9. Heart diseases

Cardiovascular disorders such as heart diseases and high levels of blood pressure are quite common with people who are deprived of sleep. Lack of sleep for a day is sufficient to increase blood pressure amongst patients with hypertension.

10. Impaired memory

When your body does not get the right amount of sleep, it causes the central nervous system to become stressed. This could have dire consequences on the functionality of your brain. And studies have found that lack of sleep has led to memory impairment in a lot of people.

memory

11. Affects circadian rhythm

Our body is designed to work on the day and rest on the night. Any impairment of this will affect the whole balance of the body. An unbalanced circadian rhythm will affect the proper functioning of the body.

Prevention

Sleep hygiene, also called as healthy sleeping habits are the best means to prevent yourself from being adversely affected by sleep deprivation [11] [12] .

  • Leave electronics and work-related things out of the bedroom.
  • Maintain a dark and cool atmosphere in your bedroom.
  • Do not fluctuate your bedtime and wake up time.
  • Avoid large meals for at least three hours before bed.
  • Avoid caffeine at least eight hours before sleeping.
  • Do not consume alcohol right before sleeping.
View Article References
  1. [1] Durmer, J. S., & Dinges, D. F. (2005, March). Neurocognitive consequences of sleep deprivation. InSeminars in neurology(Vol. 25, No. 01, pp. 117-129). Copyright© 2005 by Thieme Medical Publishers, Inc., 333 Seventh Avenue, New York, NY 10001, USA.
  2. [2] Pilcher, J. J., & Huffcutt, A. I. (1996). Effects of sleep deprivation on performance: a meta-analysis.Sleep,19(4), 318-326.
  3. [3] Borbély, A. A., Baumann, F., Brandeis, D., Strauch, I., & Lehmann, D. (1981). Sleep deprivation: effect on sleep stages and EEG power density in man.Electroencephalography and clinical neurophysiology,51(5), 483-493.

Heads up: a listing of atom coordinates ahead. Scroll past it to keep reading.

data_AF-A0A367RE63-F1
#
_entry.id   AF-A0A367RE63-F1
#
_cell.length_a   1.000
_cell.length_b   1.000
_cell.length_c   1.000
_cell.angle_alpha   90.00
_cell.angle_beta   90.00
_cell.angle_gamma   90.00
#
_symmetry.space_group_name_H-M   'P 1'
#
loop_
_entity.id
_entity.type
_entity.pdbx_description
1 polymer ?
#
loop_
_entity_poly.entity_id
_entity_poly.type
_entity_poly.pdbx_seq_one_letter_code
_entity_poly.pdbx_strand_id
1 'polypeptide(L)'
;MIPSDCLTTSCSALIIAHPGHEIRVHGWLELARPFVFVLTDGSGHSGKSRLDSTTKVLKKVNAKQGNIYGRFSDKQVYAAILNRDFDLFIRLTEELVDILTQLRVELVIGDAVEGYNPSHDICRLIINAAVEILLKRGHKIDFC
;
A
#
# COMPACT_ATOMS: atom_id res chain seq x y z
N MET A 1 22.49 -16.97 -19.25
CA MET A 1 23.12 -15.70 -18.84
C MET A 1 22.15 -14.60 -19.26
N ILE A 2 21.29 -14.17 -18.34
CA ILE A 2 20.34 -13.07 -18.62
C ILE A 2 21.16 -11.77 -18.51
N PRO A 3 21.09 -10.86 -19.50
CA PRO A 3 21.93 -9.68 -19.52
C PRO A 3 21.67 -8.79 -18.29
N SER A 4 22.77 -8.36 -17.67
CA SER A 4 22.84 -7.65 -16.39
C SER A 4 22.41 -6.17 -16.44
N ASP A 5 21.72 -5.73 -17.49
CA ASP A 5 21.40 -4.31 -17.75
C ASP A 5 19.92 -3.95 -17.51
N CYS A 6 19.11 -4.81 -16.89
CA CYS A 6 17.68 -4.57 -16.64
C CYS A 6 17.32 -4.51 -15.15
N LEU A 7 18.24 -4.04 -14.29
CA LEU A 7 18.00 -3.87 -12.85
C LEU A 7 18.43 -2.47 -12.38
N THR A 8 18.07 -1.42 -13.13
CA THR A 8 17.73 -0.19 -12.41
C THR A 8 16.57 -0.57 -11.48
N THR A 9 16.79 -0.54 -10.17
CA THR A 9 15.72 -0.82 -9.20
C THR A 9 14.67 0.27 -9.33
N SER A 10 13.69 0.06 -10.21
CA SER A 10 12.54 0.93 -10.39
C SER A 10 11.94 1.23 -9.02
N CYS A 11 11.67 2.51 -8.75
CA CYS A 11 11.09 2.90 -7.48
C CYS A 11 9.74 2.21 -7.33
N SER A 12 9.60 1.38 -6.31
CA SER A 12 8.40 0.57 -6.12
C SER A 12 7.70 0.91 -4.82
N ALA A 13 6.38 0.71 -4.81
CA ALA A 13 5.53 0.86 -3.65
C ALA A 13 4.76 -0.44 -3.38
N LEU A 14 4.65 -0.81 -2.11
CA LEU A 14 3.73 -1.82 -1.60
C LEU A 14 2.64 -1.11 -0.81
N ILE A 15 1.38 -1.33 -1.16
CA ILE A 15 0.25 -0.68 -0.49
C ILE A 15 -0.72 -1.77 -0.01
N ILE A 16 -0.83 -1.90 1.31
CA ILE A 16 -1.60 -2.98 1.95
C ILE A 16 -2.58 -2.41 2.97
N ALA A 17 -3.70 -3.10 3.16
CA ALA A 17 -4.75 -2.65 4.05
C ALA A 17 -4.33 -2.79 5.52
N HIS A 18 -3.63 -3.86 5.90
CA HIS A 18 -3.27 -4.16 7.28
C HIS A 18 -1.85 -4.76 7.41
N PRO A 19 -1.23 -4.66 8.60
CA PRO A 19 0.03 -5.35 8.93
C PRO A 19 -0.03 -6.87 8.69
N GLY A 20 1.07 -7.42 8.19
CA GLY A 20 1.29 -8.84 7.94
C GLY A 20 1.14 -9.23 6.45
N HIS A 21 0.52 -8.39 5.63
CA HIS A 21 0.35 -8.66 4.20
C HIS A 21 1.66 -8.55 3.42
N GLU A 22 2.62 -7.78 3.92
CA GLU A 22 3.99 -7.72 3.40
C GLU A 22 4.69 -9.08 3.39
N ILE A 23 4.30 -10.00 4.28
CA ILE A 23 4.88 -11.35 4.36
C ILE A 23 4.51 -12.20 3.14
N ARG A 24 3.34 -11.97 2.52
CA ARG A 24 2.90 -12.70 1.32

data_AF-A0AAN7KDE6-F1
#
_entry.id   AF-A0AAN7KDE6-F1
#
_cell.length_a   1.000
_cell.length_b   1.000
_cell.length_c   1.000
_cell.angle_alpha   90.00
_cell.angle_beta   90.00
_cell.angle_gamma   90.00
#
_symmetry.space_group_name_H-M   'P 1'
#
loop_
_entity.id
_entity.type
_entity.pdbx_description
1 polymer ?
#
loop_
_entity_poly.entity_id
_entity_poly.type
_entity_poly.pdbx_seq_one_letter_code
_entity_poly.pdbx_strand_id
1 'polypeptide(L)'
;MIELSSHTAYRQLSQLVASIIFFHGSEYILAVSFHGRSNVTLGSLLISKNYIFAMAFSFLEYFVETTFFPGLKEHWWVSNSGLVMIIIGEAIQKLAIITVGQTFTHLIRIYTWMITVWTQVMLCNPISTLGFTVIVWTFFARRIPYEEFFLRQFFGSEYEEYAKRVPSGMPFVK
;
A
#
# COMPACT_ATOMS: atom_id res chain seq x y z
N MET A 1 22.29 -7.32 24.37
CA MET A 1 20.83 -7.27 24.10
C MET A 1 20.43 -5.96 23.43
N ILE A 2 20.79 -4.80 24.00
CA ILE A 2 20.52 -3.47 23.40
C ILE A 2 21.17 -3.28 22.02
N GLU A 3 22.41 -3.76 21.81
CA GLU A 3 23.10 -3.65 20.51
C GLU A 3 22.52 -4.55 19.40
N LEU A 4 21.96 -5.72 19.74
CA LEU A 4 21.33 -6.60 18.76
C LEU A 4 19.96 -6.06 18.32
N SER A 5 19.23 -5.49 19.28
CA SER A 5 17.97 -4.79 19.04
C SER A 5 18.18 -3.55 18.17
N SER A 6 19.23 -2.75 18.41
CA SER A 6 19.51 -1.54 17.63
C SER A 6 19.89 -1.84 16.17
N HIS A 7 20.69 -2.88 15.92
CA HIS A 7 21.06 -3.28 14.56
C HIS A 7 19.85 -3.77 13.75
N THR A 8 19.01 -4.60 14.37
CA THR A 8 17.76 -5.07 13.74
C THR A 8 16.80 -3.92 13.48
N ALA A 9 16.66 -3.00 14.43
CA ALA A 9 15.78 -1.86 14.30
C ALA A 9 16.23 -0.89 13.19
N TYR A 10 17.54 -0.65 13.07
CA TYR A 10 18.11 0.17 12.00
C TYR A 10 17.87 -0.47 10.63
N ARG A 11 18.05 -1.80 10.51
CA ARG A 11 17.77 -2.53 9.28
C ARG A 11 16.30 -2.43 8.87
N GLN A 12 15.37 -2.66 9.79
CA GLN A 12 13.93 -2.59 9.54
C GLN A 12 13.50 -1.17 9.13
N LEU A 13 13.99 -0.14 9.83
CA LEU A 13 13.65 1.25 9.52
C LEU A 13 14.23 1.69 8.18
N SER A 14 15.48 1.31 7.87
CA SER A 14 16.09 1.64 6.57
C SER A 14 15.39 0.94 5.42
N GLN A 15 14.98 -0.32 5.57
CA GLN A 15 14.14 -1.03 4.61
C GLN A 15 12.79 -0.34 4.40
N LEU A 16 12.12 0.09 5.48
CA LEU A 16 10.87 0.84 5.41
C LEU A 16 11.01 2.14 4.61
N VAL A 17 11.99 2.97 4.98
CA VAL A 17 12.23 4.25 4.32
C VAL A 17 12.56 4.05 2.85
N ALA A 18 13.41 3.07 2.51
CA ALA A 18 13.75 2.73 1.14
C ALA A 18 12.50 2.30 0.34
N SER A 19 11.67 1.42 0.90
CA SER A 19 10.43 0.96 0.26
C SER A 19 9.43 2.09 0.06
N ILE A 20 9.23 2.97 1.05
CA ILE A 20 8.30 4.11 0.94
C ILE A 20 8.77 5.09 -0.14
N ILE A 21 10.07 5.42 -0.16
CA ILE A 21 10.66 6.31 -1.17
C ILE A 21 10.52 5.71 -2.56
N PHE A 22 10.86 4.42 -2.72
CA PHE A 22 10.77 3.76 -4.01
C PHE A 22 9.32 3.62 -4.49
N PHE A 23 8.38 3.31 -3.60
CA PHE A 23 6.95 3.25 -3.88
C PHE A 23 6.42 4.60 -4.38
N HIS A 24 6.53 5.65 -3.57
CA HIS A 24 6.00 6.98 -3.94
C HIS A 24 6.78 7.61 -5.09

4. [4] Killgore, W. D. (2010). Effects of sleep deprivation on cognition. InProgress in brain research(Vol. 185, pp. 105-129). Elsevier.
  5. [5] Goldschmied, J., Kuna, S. T., Maislin, G., Pack, A. I., & Younes, M. (2019). 0314 Changes in Sleep Depth following Sleep Deprivation Assessed by Three Methods. Sleep, 42(Supplement_1), A128-A129.
  6. [6] Van Dongen, H., Maislin, G., Mullington, J. M., & Dinges, D. F. (2003). The cumulative cost of additional wakefulness: dose-response effects on neurobehavioral functions and sleep physiology from chronic sleep restriction and total sleep deprivation.Sleep,26(2), 117-126.
  7. [7] Berger, R. J., & Oswald, I. (1962). Effects of sleep deprivation on behaviour, subsequent sleep, and dreaming.Journal of Mental Science,108(455), 457-465.
  8. [8] Kato, M., Phillips, B. G., Sigurdsson, G., Narkiewicz, K., Pesek, C. A., & Somers, V. K. (2000). Effects of sleep deprivation on neural circulatory control.Hypertension,35(5), 1173-1175.
  9. [9] Shaw, P. J., Tononi, G., Greenspan, R. J., & Robinson, D. F. (2002). Stress response genes protect against lethal effects of sleep deprivation in Drosophila.Nature,417(6886), 287.
  10. [10] Wesensten, N., Belenky, G., Kautz, M. A., Thorne, D. R., Reichardt, R. M., & Balkin, T. J. (2002). Maintaining alertness and performance during sleep deprivation: modafinil versus caffeine.Psychopharmacology,159(3), 238-247.
  11. [11] Giedke, H., & Schwärzler, F. (2002). Therapeutic use of sleep deprivation in depression.Sleep medicine reviews,6(5), 361-377.
  12. [12] Lieberman, H. R., Tharion, W. J., Shukitt-Hale, B., Speckman, K. L., & Tulley, R. (2002). Effects of caffeine, sleep loss, and stress on cognitive performance and mood during US Navy SEAL training.Psychopharmacology,164(3), 250-261.

We use cookies to ensure that we give you the best experience on our website. This includes cookies from third party social media websites and ad networks. Such third party cookies may track your use on Boldsky sites for better rendering. Our partners use cookies to ensure we show you advertising that is relevant to you. If you continue without changing your settings, we'll assume that you are happy to receive all cookies on Boldsky website. However, you can change your cookie settings at any time. Learn more